"Pipelines" are probably better for transporting oil and gas than
for managing sales processes!
I don't know about you but those so-called 'pipelines' that companies like to use to describe the sales process never really worked very well for me. Here's why:
The problem with pipelines is that they become the product of a sales person's fantasy. It's essentially a 'hope mechanism' and drives sales people to believe their own delusions.
I've been there myself. My 'pipeline' kept me going. It was also a way to demonstrate within my organisation that I was actually at work. There were times when it even kept me employed during downturns.
When I worked for large organisations, I was as guilty as anyone else dressing up my pipeline in order to motivate myself and keep management off my back. In fact, I've even schemed along with some of my managers to send out glorified pipelines to headquarters so they would leave us alone!
The problem with old school pipelines is that the main denominator for measurement only comes from the sales side and it fails to objectively capture any input from the prospect's point of view.
Most of the time activity is measured as meetings or conference calls, sometimes even with milestones that mark the trajectory of a typical sales process. But whatever goes into the pipeline is entirely at the discretion of the sales team.
What follows may sound familiar:
You feel good about a first meeting.
You flag the prospect as a potential prospect so you stick it into the pipeline.
Then your confirmation bias kicks in and before you know it, you wind up convincing yourself that you can win the business.
You then request a second meeting and the prospect accepts. Now you think you are really on to something and the opportunity moves up a notch in your pipeline.
And even though you haven't exactly been able to qualify if the prospect is for real, you really want to believe there is a case for business. You rationalise to yourself "All this interest can only mean one thing, right? "
So now you prioritise the prospect and devote even more time and resources to pursuing your desired outcome. And because your pipeline seems to be 'moving ahead', you don't put too much effort in scouting for fresh prospects. You feel good about your pipeline and so does management.
Then reality hits when you realise that you were too optimistic because your eagerness clouded your judgement of the real intent of the prospect. Before you know it, you get stuck in a universe of 'apparent' opportunities.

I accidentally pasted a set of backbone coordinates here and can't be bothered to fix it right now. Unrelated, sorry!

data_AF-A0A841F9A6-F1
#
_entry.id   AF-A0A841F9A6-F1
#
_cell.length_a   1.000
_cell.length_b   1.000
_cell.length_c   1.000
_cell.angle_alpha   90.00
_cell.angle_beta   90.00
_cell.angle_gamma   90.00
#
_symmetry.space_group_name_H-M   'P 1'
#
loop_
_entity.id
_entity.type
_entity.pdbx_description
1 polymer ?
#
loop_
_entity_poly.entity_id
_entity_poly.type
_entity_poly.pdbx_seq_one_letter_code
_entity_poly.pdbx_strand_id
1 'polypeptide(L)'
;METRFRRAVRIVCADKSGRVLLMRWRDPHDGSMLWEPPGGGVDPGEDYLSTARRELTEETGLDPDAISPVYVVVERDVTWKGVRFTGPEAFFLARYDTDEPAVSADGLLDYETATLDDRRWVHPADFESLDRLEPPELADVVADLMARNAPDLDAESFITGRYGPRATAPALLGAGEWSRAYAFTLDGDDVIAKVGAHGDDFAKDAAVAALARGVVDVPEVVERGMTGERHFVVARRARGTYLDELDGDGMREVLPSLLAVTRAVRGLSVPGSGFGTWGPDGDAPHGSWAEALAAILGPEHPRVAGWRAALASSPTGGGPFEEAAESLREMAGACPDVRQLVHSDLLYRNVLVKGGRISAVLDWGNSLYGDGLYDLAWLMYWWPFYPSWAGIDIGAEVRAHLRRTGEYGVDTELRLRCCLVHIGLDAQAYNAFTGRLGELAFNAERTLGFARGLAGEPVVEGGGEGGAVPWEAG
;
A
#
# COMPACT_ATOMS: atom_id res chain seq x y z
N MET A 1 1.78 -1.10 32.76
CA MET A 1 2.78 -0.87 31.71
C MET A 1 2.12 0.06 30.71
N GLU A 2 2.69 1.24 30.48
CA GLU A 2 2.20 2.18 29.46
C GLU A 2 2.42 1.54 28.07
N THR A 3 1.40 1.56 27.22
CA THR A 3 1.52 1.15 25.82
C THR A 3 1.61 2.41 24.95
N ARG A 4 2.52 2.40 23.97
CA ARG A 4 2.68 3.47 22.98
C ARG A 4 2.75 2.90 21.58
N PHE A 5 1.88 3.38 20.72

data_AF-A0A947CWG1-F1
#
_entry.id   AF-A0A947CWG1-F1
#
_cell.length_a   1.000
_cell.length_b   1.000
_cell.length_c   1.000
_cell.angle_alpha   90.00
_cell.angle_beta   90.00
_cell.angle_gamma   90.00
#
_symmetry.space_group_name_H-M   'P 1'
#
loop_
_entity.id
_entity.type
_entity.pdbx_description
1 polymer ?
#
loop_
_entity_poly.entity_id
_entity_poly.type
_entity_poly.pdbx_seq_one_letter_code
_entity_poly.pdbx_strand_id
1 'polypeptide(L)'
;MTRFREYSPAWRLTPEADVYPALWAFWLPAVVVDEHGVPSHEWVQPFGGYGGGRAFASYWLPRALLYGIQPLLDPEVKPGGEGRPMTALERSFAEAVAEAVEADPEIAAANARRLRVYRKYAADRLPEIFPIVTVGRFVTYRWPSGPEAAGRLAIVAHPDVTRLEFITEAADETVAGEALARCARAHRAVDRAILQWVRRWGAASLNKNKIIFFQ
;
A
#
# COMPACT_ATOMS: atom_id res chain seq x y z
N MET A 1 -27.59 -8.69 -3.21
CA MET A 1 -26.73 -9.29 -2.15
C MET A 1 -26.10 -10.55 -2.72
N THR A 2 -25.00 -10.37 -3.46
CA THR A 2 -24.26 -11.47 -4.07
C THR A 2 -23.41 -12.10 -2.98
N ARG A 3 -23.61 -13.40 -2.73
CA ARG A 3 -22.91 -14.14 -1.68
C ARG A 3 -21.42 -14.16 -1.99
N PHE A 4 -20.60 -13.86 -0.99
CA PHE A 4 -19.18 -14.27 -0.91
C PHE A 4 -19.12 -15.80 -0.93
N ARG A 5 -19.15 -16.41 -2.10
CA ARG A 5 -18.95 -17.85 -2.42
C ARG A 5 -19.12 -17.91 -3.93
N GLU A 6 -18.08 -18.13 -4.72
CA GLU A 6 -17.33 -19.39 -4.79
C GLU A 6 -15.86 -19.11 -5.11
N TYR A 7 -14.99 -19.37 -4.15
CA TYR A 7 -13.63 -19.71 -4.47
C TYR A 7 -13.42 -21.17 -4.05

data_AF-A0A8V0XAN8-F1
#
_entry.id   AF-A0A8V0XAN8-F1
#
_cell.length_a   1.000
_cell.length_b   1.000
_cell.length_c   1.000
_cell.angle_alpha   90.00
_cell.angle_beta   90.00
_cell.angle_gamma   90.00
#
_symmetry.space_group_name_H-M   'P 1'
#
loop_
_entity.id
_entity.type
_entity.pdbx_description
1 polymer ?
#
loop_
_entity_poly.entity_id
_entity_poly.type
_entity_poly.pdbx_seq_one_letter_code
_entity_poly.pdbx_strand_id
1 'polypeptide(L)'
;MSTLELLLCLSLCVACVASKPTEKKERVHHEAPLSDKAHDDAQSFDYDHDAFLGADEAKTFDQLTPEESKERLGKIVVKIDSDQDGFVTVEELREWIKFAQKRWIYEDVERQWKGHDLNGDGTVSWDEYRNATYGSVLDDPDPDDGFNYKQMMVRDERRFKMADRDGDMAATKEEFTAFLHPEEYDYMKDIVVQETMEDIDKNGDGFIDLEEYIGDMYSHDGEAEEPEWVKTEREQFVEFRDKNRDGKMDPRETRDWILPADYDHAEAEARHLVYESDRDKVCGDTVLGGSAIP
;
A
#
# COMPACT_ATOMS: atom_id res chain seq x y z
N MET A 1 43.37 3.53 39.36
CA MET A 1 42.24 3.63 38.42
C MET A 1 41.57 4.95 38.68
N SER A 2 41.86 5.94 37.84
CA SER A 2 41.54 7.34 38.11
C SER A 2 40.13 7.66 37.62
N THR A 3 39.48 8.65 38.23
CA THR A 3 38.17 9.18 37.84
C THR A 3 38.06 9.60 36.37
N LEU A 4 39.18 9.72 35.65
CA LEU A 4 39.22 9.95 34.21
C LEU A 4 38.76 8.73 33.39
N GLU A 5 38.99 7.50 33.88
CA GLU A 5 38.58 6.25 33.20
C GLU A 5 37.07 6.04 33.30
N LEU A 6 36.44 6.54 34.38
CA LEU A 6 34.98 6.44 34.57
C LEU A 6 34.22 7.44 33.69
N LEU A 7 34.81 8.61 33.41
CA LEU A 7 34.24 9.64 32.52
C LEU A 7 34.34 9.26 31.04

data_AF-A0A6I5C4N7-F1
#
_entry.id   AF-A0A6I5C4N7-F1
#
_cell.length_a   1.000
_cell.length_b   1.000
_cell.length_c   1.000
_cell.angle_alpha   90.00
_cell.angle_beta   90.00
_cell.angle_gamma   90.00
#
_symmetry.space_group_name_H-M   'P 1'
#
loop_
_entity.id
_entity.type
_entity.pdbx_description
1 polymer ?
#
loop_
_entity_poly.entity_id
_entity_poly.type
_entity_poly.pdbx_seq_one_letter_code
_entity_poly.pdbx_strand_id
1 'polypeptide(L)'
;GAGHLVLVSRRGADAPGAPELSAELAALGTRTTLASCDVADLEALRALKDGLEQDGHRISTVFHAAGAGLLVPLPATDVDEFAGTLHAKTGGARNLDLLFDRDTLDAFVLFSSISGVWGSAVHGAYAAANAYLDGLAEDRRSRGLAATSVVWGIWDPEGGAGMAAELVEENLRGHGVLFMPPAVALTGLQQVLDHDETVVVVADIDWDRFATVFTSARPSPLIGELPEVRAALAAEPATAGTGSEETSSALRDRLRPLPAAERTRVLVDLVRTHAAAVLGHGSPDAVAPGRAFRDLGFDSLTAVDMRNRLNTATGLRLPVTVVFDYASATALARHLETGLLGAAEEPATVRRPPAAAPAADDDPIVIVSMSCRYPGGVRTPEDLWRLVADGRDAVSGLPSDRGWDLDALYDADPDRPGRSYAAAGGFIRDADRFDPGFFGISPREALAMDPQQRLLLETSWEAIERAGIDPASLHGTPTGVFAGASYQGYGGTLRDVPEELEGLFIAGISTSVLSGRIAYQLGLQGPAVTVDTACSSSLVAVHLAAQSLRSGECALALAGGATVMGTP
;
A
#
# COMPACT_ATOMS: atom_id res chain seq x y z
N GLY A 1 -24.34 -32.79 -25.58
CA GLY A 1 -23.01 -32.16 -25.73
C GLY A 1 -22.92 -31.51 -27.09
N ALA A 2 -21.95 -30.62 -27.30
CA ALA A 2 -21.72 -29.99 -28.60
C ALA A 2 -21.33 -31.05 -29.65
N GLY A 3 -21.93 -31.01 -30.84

Over all the years of meeting with prospects, I have come to realise that prospects don't always attend meetings because they are interested in acquiring your products or services. Often, there are entirely different motivations at play:
Curiosity - many prospects see a one hour meeting at their premises as free education. Especially when you bring along a specialist.
Benchmarking - They could be taking advantage of your efforts to evaluate the service or product they already have.
Looking busy - Maybe they have a KPI that measures the number of meetings they need to attend. I know it sounds absurd but trust me, this actually happens, especially in large corporations.
Ambition - Juniors may feel more important when they get to meet with more seasoned professionals. They may even want to use you to show off to colleagues or court you for a job. Personally, I had that kind of stuff going on in my head when I was twenty-something.
Distraction - It could also be that they want time away from the desk to enjoy the coffee and the cookies in the comfort of a lavish meeting room.
If there is anything I learned from all this is that I now only pay attention to what people actually do rather than what they say.
In my opinion, the 'pipeline' method is too subjective to measure the actual intent from prospects because there is too much wishing involved and it fails to capture objective and measurable data straight from the prospects. I believe it is a bit like using a phone booth to make a telephone call today, meaning that there is a better and cleaner way.
What if you could not only measure how prospects actually interact with your story but also automate most of the prospecting process without having to go to all those meetings?
And what if you could collect that intelligence to identify the real qualified prospects and spend all your time and resources on them?
What if your 'pipeline' could actually become a list of real 'self-selected prospects'?
Those were the exact questions that became my wish list for a solution that I have been developing for the past couple of years.
Aren't getting my updates yet?